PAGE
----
The Political Impact

Both Parties Claim Edge as Terror Is Reinforced as a Campaign Topic

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By Jim VandeHei and Peter Baker
Washington Post Staff Writers
Friday, August 11, 2006

Democrats and Republicans alike rushed to invoke yesterday's terrorist scare in Britain in congressional campaigns, underscoring how a series of national-security-related developments are refocusing and sharpening the political debate three months before the midterm elections.

Campaigning in Connecticut, Sen. Joseph I. Lieberman, who lost Tuesday's Democratic primary and is now running as an independent, said the antiwar views of primary winner Ned Lamont would be "taken as a tremendous victory by the same people who wanted to blow up these planes in this plot hatched in England."

Rep. Mark Kennedy, the Republican Senate candidate in Minnesota, used the alleged plot as a campaign wedge only hours after it was disclosed.

"The arrests this morning in Great Britain make it clear that now, more than ever, this is an ongoing battle and we need leaders in Washington who remain committed to doing what is right instead of what may be seen as politically advantageous," he said. To amplify the point, Kennedy endorsed Lieberman over the GOP candidate in the race, Alan Schlesinger.

President Bush offered a similar line, in more understated language, while in Green Bay, Wis., to campaign for a Republican candidate.

"This country is safer than it was prior to 9/11," Bush said with Air Force One behind him. "We've taken a lot of measures to protect the American people. But obviously we're still not completely safe, because there are people that still plot and people who want to harm us for what we believe in."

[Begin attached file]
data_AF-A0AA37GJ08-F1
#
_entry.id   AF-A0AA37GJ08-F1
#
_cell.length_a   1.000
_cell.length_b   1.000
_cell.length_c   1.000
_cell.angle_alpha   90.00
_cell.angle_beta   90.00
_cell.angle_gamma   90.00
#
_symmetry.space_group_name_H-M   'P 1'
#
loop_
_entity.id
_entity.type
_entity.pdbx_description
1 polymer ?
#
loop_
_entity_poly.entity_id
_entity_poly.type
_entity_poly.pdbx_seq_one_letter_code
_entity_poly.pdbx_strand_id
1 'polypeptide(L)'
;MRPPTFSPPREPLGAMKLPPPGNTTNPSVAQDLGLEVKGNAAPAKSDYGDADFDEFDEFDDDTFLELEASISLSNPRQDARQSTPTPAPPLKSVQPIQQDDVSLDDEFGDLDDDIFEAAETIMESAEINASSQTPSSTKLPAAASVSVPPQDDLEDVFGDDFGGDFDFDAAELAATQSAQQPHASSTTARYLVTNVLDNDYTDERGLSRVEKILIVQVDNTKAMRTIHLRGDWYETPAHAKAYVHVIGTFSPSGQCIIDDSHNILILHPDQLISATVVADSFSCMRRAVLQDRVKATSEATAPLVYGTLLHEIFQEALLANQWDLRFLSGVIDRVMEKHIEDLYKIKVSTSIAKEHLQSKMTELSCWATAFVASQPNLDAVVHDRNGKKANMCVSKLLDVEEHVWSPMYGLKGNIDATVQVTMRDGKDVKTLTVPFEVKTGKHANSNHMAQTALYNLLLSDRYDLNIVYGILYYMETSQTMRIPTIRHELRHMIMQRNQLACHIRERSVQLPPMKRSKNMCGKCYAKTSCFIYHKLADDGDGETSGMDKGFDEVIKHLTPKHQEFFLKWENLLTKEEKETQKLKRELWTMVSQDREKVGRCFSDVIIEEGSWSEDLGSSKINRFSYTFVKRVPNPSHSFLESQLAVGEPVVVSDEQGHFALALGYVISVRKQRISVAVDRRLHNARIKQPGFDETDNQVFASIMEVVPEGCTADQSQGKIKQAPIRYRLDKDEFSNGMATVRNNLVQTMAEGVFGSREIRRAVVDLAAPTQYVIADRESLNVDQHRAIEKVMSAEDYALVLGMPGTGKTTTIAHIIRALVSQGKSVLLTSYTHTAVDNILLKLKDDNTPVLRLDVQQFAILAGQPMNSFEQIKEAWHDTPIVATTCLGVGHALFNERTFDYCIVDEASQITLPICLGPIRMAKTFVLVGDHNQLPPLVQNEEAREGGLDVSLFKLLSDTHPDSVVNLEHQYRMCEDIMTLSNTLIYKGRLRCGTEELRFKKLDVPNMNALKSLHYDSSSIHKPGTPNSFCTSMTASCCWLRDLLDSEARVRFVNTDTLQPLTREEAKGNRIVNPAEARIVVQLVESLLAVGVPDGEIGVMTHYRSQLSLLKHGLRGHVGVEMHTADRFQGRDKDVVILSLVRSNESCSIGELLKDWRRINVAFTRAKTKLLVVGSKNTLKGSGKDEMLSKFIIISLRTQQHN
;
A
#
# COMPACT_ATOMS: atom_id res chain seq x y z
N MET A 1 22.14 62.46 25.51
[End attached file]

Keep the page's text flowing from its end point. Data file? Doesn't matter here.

In what was an apparent reference to this year's controversies over the administration's surveillance programs, Bush told reporters: "It is a mistake to believe there is no threat to the United States of America. And that is why we have given our officials the tools they need to protect our people."

The alleged plot -- with its parallels to the Sept. 11, 2001, attacks -- was the latest in a series of events reshaping the campaign in unpredictable ways. In the past five weeks, Israel went to war with Hezbollah, Bush's top generals warned that Iraq is closer than ever to civil war and Lamont ousted Lieberman in Connecticut's Democratic primary.

The events have emboldened Democrats to challenge Bush more forcefully on national security issues, especially Iraq.

"This latest plot demonstrates the need for the Bush administration and the Congress to change course in Iraq and ensure that we are taking all the steps necessary to protect Americans at home and across the world," said Senate Minority Leader Harry M. Reid (D-Nev.).

At the same time, the events have clarified the Republican strategy to make terrorism and the war the backdrop for the battle for Congress. Both sides argue that they have the edge in this fight.

"It brings all those realities home and brings back some of the memories of 9/11 that got us into the war on terrorism in the first place," said Rep. Thomas M. Reynolds (N.Y.), chairman of the National Republican Congressional Committee.


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